But The Search for Spock contained little mystery, a prolonged and
obvious outcome, and continued the same flawed subplot (and basically
the only negative aspect of) The Wrath of Khan, that being the Genesis
Project. This unlikely Federation project was at least a bit on the
afterburner in the previous film, compared to Khan's quest for
vengeance against Kirk. Now it's the main story as it gives Spock his
rebirth, but this time there is hardly any thought to the moral dilemma
of the project.
There are some positives in this film; I don't think it is a disaster. It was nice to see the rest of the crew given a little more of the spotlight, such as Uhura putting the young Federation member in his place (then she disappearing for basically the rest of the film ) and Sulu taking out the Federation MP's (his hand-to-hand combat is much more believable than Kirk's; more on that in a bit). Also, while it is a little strange to see Christopher Lloyd as a Klingon, he made the character sinister and interesting.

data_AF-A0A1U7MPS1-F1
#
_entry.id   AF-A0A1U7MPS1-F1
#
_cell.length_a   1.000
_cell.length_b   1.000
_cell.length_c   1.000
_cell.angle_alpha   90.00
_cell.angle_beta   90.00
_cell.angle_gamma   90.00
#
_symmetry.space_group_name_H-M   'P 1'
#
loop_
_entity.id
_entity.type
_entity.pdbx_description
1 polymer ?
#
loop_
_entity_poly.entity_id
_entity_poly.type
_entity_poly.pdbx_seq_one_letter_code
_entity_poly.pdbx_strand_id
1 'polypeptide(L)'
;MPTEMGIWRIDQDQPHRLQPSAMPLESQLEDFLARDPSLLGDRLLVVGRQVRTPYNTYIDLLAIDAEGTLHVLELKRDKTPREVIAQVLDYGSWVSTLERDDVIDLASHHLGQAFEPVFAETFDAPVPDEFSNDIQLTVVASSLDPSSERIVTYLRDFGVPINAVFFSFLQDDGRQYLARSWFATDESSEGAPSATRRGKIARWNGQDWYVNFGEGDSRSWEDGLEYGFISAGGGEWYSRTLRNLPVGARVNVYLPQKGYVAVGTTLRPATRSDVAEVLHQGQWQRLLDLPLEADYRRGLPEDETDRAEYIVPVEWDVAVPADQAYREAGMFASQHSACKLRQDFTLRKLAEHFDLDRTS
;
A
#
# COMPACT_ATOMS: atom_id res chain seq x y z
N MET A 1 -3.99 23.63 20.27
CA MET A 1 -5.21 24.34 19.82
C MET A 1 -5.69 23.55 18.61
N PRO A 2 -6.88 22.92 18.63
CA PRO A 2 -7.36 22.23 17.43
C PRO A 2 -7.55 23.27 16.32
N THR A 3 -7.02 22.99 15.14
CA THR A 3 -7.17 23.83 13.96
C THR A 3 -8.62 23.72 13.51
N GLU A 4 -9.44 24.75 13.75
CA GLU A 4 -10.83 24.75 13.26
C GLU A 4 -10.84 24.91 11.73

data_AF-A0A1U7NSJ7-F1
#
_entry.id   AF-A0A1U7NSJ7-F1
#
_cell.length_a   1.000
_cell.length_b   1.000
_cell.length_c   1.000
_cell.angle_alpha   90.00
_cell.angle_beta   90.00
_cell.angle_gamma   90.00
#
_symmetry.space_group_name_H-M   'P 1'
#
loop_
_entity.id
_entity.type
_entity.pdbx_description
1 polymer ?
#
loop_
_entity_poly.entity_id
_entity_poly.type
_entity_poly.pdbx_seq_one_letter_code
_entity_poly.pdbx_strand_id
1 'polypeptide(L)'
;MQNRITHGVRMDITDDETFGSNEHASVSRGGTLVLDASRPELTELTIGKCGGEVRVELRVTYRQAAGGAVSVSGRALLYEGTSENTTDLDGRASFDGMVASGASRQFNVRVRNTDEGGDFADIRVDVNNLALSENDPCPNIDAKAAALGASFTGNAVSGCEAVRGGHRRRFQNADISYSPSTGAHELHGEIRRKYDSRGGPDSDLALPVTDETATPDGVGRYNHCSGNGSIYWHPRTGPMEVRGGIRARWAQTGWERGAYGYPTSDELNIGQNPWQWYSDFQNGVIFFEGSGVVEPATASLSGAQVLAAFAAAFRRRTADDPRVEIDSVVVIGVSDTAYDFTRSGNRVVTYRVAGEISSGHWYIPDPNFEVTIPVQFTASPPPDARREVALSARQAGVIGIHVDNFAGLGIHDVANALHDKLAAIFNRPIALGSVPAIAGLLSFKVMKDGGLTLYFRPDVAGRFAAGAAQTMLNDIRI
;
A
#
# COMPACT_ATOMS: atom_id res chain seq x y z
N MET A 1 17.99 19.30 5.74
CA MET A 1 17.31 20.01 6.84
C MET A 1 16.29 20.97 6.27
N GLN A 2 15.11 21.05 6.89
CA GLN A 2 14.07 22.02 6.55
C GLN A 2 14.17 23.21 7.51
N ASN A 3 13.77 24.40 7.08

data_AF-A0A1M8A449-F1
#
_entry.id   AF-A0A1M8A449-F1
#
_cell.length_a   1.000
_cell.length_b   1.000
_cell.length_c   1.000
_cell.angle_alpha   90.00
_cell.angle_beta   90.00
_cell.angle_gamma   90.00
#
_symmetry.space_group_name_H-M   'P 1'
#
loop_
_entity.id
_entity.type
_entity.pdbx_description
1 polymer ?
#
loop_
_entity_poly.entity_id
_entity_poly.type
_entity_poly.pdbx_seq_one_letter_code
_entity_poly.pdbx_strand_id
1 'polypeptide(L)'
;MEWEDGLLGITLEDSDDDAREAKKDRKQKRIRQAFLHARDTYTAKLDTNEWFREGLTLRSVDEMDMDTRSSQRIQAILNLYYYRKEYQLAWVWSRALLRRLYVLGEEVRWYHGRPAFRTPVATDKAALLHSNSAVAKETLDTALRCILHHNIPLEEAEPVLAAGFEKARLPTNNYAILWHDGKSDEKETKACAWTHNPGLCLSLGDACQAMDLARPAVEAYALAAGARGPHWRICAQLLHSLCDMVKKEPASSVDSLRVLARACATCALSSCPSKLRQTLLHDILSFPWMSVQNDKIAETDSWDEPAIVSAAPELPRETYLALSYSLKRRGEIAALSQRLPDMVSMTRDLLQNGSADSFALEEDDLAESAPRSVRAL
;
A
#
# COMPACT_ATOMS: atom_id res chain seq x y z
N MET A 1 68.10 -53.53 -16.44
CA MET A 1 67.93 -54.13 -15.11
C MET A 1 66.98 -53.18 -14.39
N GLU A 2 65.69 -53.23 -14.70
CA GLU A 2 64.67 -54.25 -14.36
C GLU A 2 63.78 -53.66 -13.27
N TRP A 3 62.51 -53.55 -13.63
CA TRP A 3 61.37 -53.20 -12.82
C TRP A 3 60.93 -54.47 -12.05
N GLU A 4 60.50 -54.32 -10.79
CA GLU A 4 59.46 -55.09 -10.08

But my main criticism with Search for Spock is that we always know Spock will return, and the child version of the character is found early on. The film could have been so much better if the Spock regeneration was settled during the first or second act, then we can move on to a new Star Trek adventure with the crew back together. There is a sense with this film, especially since it was directed by Leonard Nimoy himself, that Kirk got his movie with Wrath of Khan, now let's explore more about Spock's nature throughout this entire film. But it all just comes across as a lackluster, immediate follow-up to the previous installment. With Wrath of Khan, it felt like a reboot to the franchise, not a sequel. But this film exemplified exactly what most of us don't like about sequels: trying to wrap- up loose ends from the last film and taking it up a notch from there, but failing.
Final thoughts: Please, no more hand-to-hand combat from Kirk, it doesn't work anymore. The character plays so much better as a captain outwitting the enemy, as he does with the destruction of the Enterprise. And are you serious with that Ponfar scene? I know Kirstie Alley said she didn't want to be typecast, so she chose not to continue her role as Saavik, but I have to think that this scene with post-adolescent Spock had to really push her over the edge. Plus, do we really think that these characters who are pushing 50 could walk up all of those steps on Vulcan carrying a comatose Spock? Scotty must have been freaking out. And what is Bones regular "poison"? Gotta be Romulan ale.